Living next door to a funeral home tends to remind one of his mortality.  So it’s going to be embarrassing if, after over nine years of such reminders, I kick the proverbial bucket without clarifying some things regarding my departure.  First, as I’ve mentioned to my lovely wife Darla numerous times, and in my previous article, Between the Quick and the Dead, I don’t want to be exhibited, as if I were a science project, or a blue fin tuna.   My body never looked especially good when I was alive; I have no reason to think it will look better when I’m dead.  Why would I want my friends and family gawking at my carcass?  I never gawked at theirs.  Who came up with the open casket idea anyway?  How much do you want to bet it was a self-satisfied embalmer?   If one of you Wry Bread readers should happen to find me displayed in such a manner, I hope you will have the decency to close the box, or at least flip me over.  If people must gawk at me, I’d rather they do it behind my back.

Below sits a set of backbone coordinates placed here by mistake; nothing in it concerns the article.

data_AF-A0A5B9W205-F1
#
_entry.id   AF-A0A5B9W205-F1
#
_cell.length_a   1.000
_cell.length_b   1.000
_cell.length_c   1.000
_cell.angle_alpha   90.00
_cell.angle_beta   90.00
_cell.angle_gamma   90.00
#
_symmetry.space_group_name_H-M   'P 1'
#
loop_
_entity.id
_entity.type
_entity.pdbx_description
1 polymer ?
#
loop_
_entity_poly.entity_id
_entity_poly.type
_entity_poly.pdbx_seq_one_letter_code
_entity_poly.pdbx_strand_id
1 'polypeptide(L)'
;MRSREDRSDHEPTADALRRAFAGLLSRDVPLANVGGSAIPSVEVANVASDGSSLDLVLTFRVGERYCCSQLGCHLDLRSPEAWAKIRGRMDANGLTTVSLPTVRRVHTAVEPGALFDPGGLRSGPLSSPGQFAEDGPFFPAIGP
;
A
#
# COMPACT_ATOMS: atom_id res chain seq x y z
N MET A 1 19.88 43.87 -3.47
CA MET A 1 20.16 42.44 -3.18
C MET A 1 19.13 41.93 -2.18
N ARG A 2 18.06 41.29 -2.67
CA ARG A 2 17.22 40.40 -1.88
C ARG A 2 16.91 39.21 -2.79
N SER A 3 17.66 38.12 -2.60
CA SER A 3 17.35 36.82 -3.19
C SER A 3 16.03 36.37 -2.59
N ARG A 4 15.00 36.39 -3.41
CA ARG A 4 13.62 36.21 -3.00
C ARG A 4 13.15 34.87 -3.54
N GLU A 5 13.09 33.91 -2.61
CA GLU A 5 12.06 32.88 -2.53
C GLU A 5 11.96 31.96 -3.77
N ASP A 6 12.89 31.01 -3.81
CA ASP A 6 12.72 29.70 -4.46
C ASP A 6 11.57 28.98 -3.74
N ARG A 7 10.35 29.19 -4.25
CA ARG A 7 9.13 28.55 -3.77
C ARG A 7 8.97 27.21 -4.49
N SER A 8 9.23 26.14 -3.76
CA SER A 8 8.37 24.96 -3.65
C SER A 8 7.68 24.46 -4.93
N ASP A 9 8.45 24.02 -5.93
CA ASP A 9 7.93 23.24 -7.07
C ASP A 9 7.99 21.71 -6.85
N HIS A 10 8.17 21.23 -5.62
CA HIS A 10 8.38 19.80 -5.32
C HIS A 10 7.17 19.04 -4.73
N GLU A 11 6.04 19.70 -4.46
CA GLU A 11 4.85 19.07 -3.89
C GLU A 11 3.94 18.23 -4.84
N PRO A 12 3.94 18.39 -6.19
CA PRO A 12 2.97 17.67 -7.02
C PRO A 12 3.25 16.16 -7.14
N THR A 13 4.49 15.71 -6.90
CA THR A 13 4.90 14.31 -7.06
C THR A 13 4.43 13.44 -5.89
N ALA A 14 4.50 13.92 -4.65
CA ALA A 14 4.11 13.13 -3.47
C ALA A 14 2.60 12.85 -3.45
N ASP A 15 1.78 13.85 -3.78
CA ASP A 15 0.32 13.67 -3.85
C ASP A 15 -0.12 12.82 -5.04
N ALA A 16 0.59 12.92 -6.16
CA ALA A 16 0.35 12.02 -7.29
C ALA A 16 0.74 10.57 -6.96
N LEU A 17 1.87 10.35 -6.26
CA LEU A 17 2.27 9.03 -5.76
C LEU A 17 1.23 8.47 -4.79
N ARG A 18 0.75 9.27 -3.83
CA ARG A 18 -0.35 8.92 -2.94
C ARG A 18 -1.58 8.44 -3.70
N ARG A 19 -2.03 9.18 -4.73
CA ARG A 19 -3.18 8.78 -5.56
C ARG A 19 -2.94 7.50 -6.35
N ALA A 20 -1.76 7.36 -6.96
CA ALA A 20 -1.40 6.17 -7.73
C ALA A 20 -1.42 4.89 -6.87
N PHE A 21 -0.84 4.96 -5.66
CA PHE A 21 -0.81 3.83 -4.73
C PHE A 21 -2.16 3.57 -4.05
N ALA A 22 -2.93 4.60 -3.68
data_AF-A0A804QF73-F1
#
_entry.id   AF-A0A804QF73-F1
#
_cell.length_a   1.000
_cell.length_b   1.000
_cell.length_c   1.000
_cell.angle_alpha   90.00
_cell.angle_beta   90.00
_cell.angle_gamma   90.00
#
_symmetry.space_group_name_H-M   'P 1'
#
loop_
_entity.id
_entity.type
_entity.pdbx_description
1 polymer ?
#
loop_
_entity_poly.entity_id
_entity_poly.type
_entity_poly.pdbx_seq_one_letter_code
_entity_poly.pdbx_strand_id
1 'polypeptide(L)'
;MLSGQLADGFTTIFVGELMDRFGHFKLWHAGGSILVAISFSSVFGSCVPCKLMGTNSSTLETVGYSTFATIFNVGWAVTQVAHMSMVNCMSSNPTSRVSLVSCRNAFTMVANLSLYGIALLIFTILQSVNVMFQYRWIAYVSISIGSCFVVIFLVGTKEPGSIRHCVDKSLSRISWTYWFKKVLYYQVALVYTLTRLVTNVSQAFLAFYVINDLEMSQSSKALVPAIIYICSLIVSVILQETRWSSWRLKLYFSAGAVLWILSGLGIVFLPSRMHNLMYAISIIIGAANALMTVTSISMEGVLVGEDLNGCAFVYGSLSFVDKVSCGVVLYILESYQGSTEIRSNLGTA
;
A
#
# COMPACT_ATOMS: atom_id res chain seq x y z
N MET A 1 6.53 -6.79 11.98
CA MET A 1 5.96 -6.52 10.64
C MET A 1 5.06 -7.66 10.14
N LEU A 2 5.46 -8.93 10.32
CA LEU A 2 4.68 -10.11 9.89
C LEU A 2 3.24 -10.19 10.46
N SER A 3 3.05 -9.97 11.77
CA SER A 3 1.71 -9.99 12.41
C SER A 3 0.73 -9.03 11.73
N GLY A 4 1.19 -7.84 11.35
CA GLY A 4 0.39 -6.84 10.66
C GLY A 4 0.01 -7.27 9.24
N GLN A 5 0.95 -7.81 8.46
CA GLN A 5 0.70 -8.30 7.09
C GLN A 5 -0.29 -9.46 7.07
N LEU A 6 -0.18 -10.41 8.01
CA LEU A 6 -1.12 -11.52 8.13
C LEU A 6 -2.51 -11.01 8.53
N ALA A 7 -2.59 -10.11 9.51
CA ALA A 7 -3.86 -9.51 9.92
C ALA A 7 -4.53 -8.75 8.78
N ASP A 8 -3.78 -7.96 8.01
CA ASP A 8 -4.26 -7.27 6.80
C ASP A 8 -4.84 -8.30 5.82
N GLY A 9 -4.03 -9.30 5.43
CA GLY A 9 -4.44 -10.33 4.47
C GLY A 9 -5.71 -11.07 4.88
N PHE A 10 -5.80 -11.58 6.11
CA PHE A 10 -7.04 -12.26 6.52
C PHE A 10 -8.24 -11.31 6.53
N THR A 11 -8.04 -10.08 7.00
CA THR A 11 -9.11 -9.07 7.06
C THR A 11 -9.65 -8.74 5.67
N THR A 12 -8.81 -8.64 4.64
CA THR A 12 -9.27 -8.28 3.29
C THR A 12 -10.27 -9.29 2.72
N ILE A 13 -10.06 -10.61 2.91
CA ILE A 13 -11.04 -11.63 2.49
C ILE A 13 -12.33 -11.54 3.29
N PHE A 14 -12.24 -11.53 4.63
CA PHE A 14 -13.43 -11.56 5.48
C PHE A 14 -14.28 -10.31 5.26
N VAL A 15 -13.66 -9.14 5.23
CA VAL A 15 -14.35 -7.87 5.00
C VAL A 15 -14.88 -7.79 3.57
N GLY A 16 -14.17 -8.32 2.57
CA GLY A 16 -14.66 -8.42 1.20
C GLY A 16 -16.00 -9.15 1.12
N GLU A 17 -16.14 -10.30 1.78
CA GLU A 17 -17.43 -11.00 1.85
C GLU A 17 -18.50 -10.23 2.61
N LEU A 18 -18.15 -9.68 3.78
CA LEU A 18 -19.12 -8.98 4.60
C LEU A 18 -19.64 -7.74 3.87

Saturday, December 15, 2012

Monkey Madness

I remember hearing several years ago that a few drivers in Virginia reported their vehicles had been struck by crab apples thrown by a band of roaming monkeys.  It was either that, or it was a band of roaming crabs throwing apples at Virginia monkeys.  I’m almost certain there were monkeys involved, and Virginia.  Anticipating that some (myself included) would doubt my memory on this, I have taken the liberty of exhuming the story, as told by Virginia State Trooper Mike Scott to an AP reporter.  I shall quote the gist of it for your reading pleasure.  There is even a bonus banana in the story, to which I have not yet alluded, because I had no recollection of it.